One of the most common urological problems I treat is urinary incontinence - the loss of control over urination. In some instances it's as minor a problem as losing a few drops of urine while running or coughing. In other cases, one may feel a strong, sudden urge to urinate just before losing a large amount of urine. Many patients experience both symptoms.
Both women and men can become incontinent from neurologic injury, birth defects, stroke, multiple sclerosis, and physical problems associated with aging. Women experience urinary incontinence twice as often as men. Pregnancy and childbirth, menopause, and the structure of the female urinary tract account for this difference. Incontinence in men is mostly related to prostate problems but there are other neurological and bladder problems that contribute.
Incontinence stems from problems with muscles and nerves that help to hold or release urine. During urination, muscles in the wall of the bladder contract, forcing urine out of the bladder and into the urethra. At the same time, sphincter muscles surrounding the urethra relax, letting urine pass out of the body. Incontinence will occur if our bladder muscles suddenly contract or the sphincter muscles are not strong enough to hold back urine. Urine may escape with less pressure than usual if the muscles are damaged, causing a change in the position of the bladder. Obesity, which is associated with increased abdominal pressure, can worsen incontinence. Fortunately, weight loss can reduce its severity.
Urinary incontinence is not inevitable with age or ‘something you have to live with’. Urinary incontinence is a medical problem. People aren’t aware that a specialty exists for the management and care of incontinence conditions. Highly effective, minimally-invasive treatments are available, and most can be done in the out-patient setting.
For men and women with overactive bladder conditions who have failed to improve with pharmacological management, we can now provide a new treatment option which uses mild electrical pulses to stimulate the nerve that controls the bladder and surrounding muscles that manage urinary function. From pharmacologic management and behavioral modification to pelvic floor rehabilitation and minimally-invasive reconstructive surgical techniques, effective solutions exist for virtually every form of incontinence.
Dr. Parminder Sethi is a Urologist at Pacific Urology. He specializes in treating patients with urinary incontinence and bladder dysfunction. He sees patients in Walnut Creek, San Ramon and Livermore. To reach Dr. Sethi, call 925-830-1140.
On November 14, 2013 join an engaging panel of leading medical experts regarding male and female incontinence. The panel will review risk factors, causes, types of incontinence and offer the latest data on medications and treatment options for improving quality of life. Speakers include urologists: Dr. Brian Hopkins and Dr. Parminder Sethi, along with an incontinence specialist: Linda Adams, LVN. Walnut Creek Library – Oak View Room, 6-8pm. Admission and refreshments are free. Please registration in advance 877-433-2873.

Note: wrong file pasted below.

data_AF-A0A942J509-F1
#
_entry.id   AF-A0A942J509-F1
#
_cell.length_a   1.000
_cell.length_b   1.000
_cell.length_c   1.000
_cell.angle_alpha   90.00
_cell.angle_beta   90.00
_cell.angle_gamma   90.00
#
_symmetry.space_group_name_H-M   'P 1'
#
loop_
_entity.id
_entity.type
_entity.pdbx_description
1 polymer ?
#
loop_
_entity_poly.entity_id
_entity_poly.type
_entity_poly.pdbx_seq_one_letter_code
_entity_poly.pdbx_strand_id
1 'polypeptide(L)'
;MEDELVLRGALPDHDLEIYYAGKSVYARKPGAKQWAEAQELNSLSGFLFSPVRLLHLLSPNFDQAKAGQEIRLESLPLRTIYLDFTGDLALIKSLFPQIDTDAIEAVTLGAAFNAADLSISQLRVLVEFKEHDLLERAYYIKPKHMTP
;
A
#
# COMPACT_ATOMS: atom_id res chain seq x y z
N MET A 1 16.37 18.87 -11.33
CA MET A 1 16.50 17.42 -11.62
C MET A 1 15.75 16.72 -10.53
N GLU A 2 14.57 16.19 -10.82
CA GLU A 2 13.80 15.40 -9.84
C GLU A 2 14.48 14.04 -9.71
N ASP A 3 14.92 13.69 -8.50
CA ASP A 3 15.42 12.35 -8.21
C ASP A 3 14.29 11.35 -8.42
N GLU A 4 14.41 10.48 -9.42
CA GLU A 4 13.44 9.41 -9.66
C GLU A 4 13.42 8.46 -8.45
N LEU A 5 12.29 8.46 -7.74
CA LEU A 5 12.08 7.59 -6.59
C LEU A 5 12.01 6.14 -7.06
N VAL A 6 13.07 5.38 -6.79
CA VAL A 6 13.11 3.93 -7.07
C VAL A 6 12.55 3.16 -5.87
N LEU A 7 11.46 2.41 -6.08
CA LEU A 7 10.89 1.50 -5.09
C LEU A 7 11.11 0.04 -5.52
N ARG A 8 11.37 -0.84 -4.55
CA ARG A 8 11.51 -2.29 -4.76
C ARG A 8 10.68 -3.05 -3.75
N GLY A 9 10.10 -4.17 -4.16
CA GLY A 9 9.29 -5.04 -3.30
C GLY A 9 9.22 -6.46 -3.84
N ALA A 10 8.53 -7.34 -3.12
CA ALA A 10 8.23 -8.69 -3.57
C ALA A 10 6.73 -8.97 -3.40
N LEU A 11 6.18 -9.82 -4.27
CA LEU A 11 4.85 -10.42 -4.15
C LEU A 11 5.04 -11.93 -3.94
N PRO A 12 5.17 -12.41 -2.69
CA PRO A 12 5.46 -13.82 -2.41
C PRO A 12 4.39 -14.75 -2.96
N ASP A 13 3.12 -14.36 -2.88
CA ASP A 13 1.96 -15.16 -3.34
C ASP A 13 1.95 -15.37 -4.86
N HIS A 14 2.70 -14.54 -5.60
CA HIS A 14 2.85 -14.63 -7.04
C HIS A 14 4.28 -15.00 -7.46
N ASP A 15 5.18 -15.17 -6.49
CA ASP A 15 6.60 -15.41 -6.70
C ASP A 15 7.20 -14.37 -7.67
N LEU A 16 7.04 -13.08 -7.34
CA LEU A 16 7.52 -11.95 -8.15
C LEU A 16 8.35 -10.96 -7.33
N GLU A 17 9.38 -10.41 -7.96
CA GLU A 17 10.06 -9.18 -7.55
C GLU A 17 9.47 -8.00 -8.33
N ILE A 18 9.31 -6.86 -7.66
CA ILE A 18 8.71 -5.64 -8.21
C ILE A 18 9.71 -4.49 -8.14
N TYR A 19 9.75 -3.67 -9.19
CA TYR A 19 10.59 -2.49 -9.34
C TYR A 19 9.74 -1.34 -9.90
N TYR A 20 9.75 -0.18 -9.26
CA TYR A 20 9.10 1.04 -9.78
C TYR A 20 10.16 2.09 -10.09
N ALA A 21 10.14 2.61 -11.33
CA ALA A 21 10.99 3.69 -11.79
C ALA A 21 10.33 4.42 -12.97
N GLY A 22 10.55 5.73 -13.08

Written by Dr. Jeremy Lieb Wednesday, 02 October 2013 19:20
Approximately 10 percent of children who are ten years old continue to intermittently wet the bed at night. In fact, I've had 17-year-old patients who complain of intermittent bed-wetting episodes. Most often these patients are socially and physically capable of remaining dry through the night, however their bladders are not quite as mature.
Fortunately, most bed-wetting will improve and cease over time. The goal of treating the condition is to have dry nights. This will allow for less anxiety at sleepovers and, hopefully, help build your child's self-confidence.
There are several ways to address treatment. The first is to focus on the overall bladder and bowel behavior. It is important to discourage your child from holding their urine until there is an emergency. Regular voiding can help to build healthy bladder function. Also, regular daily bowel movements help to reduce pelvic pressure.
It is important to limit evening fluid intake and reduce fluids that can stimulate the bladder and increase urine production, such as soda. Make sure your child goes to the bathroom at bedtime. This should be a routine done after brushing their teeth.
The reported treatment with the most success is the use of a nighttime wetness alarm. Even though it is reported as an excellent treatment, I've found it's better at waking up parents, the dog and the neighbors than the child who continues to sleep though the night.
I've found the best success with using the pill or nasal spray form of DDAVP (desmopressin acetate). This medication works by producing less urine at night and therefore less urine leakage. This medication does not create a dependency and will not delay natural progression to dry nights. It is safe and often very effective.
Parents should always remember that bed-wetting is accidental. The best thing you can do is to be understanding and let your child know you are there to help. Also, be sure to work with your doctor as a team so your child feels secure and gets all the help needed to overcome their nighttime bed-wetting.
Written by Dr. Parminder Sethi Wednesday, 18 September 2013 21:45Peyronie’s Disease, commonly understood as the abnormal curvature of an erect penis, may affect as many as one in every 12 men, however the causes of the condition remain enigmatic. While men with the disease are able to continue sexual relations, many report sexual gratification coupled with pain. Peyronie’s can be physically and psychologically distressing, and men often withdraw from their partners.
Written by Dr. Wei Zheng Saturday, 14 September 2013 23:17